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A Maui Beach Photo: Ron Dahlquist, Associated Press via LA Times
In a huge win for the Clean Water Act, by a 6-3 majority, the Supreme Court held that municipalities and others that discharge pollution are subject to the Act’s restrictions when they discharge into groundwater or ditches and the pollution ends up in a water body covered by the law, such as a lake or the ocean. The Court created a new test, saying that an Environmental Protection Agency permit is required when a discharge — such as one into groundwater — is “the functional equivalent” of a direct release into navigable waters.
Why This Matters: A six vote majority for a pro-conservation interpretation of the Act, including the Chief Justice and Trump-appointee Kavanaugh, is significant beyond this case. As we wrote after oral arguments in the case, if the Court had found that a polluter is allowed to discharge into another medium like groundwater to effectively “launder” their pollution, it would have created a huge loophole in the Act. The law was already significantly narrowed this week when the Trump administration severely limited the definition of what constitutes a “navigable water” of the U.S. (the WOTUS rule). It’s some very good news on which to end Earth Week.
Environmental Lawyers Cheered the Ruling
One of the attorneys who argued the case before the court, David Henken, said, “This decision is a huge victory for clean water. The Supreme Court has rejected the Trump administration’s effort to blow a big hole in the Clean Water Act’s protections for rivers, lakes, and oceans.” Similarly, Harvard Law professor Richard Lazarus (our Interview of the Week last Friday)told The Washington Post “that the test endorsed by the court’s majority is ‘one under which environmentalists can prevail in most every kind of case that environmentalists have brought under the Clean Water Act.'” And the director of the University of Maryland’s environmental law program told E&E News in an email, “The fact that it commands the vote of six Justices is a hopeful sign that a solid majority of the Court understands the importance of laws like the Clean Water Act, which are fundamental to our nearly half-century effort to clean up America’s environment.”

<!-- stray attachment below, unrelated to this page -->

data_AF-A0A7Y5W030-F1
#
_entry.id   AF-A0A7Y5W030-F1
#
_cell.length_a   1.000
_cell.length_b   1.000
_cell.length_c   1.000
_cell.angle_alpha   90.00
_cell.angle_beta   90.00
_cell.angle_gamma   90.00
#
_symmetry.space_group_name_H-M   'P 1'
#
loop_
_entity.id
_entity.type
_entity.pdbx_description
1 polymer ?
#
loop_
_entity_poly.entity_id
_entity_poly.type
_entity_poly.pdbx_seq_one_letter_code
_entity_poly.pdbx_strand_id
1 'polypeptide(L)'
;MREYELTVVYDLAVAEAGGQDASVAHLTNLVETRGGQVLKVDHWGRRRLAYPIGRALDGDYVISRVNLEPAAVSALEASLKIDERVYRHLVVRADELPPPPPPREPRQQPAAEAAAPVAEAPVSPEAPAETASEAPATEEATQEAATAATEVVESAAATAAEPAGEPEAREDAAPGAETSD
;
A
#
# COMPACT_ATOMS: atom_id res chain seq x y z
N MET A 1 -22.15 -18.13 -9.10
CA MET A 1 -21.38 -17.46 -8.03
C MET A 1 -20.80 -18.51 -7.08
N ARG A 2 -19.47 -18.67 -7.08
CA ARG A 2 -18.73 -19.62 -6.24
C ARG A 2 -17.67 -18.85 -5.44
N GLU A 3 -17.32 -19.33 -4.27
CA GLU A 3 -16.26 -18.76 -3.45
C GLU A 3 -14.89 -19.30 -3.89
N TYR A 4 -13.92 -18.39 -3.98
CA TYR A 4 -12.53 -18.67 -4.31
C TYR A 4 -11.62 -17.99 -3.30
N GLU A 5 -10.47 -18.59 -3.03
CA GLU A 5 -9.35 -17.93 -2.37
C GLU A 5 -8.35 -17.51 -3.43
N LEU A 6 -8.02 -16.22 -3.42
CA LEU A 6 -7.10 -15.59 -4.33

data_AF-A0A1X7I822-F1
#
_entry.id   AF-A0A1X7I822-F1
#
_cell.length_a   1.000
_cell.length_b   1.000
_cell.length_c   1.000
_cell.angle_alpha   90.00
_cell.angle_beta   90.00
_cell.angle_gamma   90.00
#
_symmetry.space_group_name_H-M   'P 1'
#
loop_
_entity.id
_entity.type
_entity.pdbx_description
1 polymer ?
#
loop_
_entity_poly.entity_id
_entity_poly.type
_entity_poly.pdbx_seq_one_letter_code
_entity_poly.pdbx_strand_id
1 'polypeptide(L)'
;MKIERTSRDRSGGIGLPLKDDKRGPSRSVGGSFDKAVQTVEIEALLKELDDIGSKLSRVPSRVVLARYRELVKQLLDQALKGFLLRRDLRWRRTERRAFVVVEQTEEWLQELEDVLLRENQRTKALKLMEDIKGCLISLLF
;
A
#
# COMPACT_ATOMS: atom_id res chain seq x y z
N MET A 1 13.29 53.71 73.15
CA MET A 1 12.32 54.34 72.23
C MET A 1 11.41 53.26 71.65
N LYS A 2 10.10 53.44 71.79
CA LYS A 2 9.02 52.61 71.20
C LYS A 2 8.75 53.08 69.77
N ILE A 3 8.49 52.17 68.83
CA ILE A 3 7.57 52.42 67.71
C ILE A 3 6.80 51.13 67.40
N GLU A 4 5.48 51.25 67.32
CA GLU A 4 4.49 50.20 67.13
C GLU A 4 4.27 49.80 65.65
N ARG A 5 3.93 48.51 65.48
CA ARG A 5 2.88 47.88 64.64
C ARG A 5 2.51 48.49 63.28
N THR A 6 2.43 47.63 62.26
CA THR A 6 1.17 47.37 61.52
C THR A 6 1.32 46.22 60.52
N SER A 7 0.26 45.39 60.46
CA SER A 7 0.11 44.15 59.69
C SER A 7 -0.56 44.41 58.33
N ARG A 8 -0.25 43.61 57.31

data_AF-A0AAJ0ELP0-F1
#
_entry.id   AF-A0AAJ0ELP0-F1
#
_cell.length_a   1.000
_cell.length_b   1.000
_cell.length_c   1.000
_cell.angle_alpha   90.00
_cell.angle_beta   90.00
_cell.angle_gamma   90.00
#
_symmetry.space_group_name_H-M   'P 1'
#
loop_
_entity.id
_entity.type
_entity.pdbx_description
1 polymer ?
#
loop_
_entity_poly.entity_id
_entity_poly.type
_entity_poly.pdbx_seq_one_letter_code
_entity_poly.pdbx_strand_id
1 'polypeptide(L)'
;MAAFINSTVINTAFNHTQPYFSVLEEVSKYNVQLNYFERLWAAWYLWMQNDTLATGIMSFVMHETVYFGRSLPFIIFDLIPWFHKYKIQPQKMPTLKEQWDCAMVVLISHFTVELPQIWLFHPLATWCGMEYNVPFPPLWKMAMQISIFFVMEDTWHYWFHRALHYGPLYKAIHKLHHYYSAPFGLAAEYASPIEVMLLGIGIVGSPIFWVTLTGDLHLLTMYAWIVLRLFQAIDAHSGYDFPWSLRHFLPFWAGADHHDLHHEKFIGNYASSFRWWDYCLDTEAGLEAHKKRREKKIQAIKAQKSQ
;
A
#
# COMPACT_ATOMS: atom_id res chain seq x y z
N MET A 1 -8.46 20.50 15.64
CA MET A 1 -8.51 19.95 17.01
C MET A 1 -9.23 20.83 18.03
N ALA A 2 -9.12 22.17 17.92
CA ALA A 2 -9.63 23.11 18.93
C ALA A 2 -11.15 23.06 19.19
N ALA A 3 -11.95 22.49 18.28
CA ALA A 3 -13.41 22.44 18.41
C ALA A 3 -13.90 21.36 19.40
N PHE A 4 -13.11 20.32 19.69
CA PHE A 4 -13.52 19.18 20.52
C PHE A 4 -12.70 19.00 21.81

What Happens Now?
The case is now remanded back to the lower court to hear arguments about how the Supreme Court’s new “functional equivalent” test should be applied to the facts in this case. According to The Wall Street Journal, Maui Mayor Michael Victorino said the ruling was “a step toward the clarity we have advocated for.” Mr. Henkin told The Journal that if Maui loses back at the lower court, they have a conditional settlement with Maui that would require the county to undertake a project that redirects its wastewater for recycled use in agriculture and golf-course irrigation. The U.S. Court of Appeals for the 9th Circuit had ruled that a permit was required if the pollution was “fairly traceable” to a source, but the Supreme Court’s majority said that such an interpretation was too broad, so many saw the decision as a pragmatic compromise.
A federal court on Monday put on hold President Trump’s February order that overturned agency scientists and revised federal water supply plans in California, frustrating a political promise he made to farmers in central California to lift water restrictions for the benefit of agriculture there.
Why This Matters: This decision is just a temporary hold on the Trump administration’s water grab. But the time is key for both the species at risk of extinction and for the farmers who will lose out on additional water that they would get to take out of the system for agriculture now, while there is spring runoff happening — water they can’t get back later because it is already flushed through the system.
Shocking as it may be, there are 2 million Americans living in such poverty that they lack running water, and tens of millions of others may have water in their homes but it is hardly safe to bathe in, much less drink, The Washington Post reports. These extreme conditions are exacerbating the spread of COVID-19 in minority communities in the deep south and Navajo Country.
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